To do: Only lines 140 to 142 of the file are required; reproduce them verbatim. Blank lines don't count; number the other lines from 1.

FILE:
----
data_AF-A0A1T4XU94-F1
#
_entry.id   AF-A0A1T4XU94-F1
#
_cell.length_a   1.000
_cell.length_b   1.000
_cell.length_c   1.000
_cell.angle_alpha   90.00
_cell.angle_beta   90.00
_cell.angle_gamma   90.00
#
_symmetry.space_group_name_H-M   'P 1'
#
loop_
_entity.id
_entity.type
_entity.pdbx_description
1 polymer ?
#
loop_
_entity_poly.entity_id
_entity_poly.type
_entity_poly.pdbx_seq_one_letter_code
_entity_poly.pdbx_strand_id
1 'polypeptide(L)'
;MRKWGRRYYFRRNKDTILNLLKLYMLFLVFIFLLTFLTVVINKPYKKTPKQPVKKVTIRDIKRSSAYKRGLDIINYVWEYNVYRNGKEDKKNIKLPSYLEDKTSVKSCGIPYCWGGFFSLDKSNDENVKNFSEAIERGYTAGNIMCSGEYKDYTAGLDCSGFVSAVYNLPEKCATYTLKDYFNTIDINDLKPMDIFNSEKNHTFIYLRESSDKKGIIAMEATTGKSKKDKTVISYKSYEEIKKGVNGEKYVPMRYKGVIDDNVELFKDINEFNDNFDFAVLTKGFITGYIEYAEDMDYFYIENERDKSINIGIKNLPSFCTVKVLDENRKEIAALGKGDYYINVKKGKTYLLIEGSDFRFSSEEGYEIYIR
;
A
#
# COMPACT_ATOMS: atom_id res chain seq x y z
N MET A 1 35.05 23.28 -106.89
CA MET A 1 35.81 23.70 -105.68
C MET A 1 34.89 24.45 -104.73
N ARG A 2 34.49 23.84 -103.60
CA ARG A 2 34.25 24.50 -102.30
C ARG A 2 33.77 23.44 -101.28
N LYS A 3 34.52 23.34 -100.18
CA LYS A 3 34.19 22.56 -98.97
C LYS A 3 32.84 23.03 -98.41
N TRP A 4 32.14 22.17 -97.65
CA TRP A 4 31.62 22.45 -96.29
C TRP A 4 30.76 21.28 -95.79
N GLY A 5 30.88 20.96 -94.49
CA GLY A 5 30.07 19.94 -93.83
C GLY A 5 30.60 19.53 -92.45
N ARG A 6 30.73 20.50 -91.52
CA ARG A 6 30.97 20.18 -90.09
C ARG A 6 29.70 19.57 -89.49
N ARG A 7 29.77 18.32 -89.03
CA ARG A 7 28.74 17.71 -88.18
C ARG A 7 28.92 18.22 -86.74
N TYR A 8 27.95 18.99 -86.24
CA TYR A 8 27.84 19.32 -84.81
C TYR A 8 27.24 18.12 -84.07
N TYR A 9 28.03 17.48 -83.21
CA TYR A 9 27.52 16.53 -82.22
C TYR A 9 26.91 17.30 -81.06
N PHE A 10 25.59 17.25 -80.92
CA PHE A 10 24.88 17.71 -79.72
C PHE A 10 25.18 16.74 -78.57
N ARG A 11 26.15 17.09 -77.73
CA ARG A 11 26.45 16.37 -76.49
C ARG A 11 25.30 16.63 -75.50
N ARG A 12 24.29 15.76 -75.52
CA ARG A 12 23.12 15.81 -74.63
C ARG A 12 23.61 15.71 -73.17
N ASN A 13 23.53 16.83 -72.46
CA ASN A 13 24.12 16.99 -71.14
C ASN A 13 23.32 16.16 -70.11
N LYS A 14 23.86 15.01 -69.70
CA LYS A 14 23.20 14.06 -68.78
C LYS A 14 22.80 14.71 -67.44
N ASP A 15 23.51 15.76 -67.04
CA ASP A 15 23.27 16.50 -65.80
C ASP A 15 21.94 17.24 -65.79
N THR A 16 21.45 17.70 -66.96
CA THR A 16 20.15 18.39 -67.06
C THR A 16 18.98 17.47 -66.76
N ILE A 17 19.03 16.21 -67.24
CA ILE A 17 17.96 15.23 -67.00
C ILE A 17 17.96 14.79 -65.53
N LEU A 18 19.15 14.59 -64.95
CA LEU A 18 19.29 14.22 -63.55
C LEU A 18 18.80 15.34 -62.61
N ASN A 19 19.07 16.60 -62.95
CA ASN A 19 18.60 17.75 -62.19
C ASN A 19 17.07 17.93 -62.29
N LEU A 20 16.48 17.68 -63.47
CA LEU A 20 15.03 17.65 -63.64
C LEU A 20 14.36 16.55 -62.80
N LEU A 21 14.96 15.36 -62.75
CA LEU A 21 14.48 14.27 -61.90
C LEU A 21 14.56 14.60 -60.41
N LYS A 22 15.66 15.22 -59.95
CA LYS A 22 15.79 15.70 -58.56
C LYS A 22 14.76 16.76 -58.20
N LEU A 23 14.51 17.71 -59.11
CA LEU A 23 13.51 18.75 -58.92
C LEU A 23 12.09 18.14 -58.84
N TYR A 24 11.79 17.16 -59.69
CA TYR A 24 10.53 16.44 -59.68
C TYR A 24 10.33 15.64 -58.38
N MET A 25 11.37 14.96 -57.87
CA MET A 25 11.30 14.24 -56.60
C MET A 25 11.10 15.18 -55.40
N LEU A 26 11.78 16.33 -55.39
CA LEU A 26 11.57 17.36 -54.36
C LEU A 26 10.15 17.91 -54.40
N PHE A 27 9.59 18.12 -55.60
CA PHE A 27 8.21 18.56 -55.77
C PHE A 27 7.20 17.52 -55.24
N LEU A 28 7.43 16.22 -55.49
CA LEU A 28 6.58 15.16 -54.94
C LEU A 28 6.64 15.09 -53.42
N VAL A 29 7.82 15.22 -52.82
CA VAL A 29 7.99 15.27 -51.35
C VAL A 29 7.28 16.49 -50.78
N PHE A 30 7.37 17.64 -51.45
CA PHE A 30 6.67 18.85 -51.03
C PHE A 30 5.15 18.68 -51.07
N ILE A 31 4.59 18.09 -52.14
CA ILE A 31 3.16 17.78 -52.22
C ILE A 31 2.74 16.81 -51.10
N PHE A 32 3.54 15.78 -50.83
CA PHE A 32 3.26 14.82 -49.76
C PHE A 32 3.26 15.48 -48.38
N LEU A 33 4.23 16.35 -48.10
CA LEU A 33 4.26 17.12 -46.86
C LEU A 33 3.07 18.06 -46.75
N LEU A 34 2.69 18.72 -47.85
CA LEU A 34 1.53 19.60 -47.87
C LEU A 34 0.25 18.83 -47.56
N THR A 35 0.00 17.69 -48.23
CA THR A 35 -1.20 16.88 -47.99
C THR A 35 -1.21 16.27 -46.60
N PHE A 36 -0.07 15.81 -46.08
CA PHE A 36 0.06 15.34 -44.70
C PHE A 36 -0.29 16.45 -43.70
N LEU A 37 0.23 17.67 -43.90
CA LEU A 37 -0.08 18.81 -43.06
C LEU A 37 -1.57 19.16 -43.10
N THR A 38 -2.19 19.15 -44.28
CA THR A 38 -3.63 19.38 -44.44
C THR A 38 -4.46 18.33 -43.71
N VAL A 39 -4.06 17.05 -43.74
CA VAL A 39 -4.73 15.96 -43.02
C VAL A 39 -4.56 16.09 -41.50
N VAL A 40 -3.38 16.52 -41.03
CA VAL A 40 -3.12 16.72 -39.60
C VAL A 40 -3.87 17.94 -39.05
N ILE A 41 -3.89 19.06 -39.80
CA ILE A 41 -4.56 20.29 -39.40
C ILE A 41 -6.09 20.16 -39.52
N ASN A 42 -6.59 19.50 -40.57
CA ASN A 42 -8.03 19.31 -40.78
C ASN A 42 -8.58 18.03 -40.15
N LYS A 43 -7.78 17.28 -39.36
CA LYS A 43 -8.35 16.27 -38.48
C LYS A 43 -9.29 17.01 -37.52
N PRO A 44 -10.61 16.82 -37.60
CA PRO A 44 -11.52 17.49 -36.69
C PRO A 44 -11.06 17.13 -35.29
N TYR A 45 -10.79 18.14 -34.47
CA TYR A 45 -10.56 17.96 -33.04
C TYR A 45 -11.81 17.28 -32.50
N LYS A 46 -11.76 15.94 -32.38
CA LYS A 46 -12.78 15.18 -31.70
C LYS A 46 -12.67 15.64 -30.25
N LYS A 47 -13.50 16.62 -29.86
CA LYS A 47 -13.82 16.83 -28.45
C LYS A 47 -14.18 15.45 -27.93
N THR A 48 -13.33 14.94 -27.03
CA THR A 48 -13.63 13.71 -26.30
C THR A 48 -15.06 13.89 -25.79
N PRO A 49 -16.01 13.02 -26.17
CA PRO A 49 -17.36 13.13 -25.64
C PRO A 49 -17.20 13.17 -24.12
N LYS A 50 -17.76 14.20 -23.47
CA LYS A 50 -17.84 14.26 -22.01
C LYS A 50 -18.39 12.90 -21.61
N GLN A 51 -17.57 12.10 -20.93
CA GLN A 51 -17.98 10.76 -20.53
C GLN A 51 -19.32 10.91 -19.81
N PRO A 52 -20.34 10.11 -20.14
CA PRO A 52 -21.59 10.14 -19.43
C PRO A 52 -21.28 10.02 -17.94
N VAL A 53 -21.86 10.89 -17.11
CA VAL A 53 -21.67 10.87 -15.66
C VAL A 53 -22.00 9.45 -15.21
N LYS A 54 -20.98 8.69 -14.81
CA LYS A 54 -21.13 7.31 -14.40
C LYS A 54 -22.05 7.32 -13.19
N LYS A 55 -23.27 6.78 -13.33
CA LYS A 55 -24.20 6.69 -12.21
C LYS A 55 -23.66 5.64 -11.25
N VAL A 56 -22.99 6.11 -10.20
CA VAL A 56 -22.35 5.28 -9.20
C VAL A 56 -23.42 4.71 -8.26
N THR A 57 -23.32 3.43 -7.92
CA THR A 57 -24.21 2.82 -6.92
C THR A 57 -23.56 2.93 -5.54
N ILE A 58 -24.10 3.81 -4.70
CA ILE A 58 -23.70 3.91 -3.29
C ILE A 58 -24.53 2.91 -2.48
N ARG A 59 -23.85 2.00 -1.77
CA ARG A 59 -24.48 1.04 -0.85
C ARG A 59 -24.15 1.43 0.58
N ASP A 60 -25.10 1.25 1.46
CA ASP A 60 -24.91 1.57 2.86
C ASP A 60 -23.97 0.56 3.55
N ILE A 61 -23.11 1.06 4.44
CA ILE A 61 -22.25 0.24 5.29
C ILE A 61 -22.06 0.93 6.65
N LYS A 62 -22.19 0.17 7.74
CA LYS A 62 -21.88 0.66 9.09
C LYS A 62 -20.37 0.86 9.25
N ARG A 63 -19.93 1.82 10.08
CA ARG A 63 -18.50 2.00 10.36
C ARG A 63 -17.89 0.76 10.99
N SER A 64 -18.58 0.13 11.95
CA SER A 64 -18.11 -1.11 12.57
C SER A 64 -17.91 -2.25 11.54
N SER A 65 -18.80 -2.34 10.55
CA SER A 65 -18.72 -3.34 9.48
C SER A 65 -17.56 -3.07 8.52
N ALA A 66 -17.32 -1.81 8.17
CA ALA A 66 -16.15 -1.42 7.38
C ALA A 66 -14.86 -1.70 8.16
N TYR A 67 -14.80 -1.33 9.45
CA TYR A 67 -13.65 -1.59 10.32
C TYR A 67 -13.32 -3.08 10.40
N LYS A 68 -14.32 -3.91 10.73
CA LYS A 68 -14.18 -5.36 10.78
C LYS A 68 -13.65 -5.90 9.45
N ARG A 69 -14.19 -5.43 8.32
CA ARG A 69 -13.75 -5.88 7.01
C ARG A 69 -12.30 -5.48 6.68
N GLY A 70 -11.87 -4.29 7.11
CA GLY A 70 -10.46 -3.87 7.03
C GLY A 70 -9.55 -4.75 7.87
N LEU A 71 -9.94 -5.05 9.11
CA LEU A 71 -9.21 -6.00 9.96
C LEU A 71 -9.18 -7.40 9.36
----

CA LEU A 37 -0.08 18.81 -43.06
C LEU A 37 -1.57 19.16 -43.10
N THR A 38 -2.19 19.15 -44.28